I’m writing this from Nevis, escaping winter’s grip on New England into the embrace of this tropical land. Since I first visited this tiny, difficult to reach island in 1996, so much has changed, though getting here hasn’t gotten any easier. Hurricanes have flattened and battered so many traditional structures, new roads have straightened hairpin curves, villas built of concrete and painted party colors have appeared far up the mountain where once sugar plantation owners enjoyed the better air. A constant is the majesty of Nevis Peak, usually wearing a halo of clouds, and the rumpled beauty of the slopes below. The Spanish, upon sighting the Peak from their ships, mistook the clouds for snow and named the island Nuestra Señora de las Nieves (Our Lady of the Snows), later abbreviated to Nevis. Because the mountainside is so steep, even in the sugar era when Nevis was dubbed “Queen of the Caribbees” for the bumper cane crops slaves extracted from its fertile soil, the upper reaches of the slopes were never cultivated. Virgin cloud forest and native fauna continue to thrive.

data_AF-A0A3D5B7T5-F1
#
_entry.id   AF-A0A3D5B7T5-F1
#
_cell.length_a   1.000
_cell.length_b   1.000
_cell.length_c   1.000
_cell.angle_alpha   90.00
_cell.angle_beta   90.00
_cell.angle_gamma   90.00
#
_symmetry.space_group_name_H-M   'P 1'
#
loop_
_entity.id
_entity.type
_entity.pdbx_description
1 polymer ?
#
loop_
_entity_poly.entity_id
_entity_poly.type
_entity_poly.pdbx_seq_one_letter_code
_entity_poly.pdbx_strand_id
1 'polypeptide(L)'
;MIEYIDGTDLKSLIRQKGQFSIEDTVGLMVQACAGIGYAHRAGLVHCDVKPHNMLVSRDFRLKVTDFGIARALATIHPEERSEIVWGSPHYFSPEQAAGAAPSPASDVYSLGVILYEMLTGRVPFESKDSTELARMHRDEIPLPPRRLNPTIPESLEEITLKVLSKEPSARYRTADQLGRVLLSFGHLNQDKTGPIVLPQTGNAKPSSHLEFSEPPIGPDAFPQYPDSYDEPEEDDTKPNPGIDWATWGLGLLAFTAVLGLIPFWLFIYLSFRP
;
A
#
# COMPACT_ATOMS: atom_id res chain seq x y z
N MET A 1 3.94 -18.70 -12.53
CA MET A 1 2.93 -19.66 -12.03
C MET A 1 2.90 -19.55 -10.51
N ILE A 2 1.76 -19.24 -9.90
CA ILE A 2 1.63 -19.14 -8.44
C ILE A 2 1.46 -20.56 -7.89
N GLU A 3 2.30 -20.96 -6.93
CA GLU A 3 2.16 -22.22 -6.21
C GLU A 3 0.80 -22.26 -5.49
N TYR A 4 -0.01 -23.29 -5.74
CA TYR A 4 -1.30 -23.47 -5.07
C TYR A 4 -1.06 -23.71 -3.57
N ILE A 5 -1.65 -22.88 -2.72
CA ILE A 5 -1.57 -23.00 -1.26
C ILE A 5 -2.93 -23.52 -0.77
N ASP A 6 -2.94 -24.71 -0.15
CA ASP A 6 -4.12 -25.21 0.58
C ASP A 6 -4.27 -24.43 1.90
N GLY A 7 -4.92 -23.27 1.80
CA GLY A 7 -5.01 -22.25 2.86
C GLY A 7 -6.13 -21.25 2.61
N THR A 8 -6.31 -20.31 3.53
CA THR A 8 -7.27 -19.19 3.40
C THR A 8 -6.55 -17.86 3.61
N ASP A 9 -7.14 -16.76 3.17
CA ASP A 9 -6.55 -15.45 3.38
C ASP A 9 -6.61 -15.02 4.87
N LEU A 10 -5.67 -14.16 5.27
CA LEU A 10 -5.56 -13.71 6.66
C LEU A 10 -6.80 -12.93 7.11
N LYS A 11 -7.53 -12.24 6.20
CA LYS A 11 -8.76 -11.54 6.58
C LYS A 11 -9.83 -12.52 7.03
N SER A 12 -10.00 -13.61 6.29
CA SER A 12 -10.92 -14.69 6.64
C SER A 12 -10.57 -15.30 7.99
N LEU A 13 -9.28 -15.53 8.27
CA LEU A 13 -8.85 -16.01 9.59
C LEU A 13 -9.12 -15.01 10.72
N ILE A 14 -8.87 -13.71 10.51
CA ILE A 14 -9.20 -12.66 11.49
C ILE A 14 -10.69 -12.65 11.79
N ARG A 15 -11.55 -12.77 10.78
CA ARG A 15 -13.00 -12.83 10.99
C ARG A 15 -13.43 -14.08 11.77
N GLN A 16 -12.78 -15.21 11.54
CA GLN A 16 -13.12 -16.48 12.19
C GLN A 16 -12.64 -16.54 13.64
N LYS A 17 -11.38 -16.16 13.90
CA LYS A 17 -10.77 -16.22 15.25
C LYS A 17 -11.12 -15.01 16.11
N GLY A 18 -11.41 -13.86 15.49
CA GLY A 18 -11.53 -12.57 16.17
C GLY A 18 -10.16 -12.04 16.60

Nevis Peak this week on a rare "cloudless" day.
One pronounces the name of this island “nē’-vis.” In Scotland, home of the mountain known as Ben Nevis, it’s pronounced “neh’-vis.” My protagonist, Eleanor “Els” Gordon, a Scot of mercurial temperament, scales both mountains—rocky, bald Ben Nevis at age 13 with her beloved father who turns out not to be what she believed, and verdant Nevis Peak at 33. Both climbs are tests of her grit. Most of Els’s life choices are in some way tests of her grit. Fortunately, she has plenty of it. After she flees Scotland for Nevis, her new life is wedged between Nevis Peak and the sea. The mountain has her back; glistening before her is The Narrows, which separates Nevis from its sister island St. Kitts. The rocky soil roots her, enabling her to bloom like her riotous tropical garden and take big risks. The sea pulls her, and eventually demands more of her than she ever expected.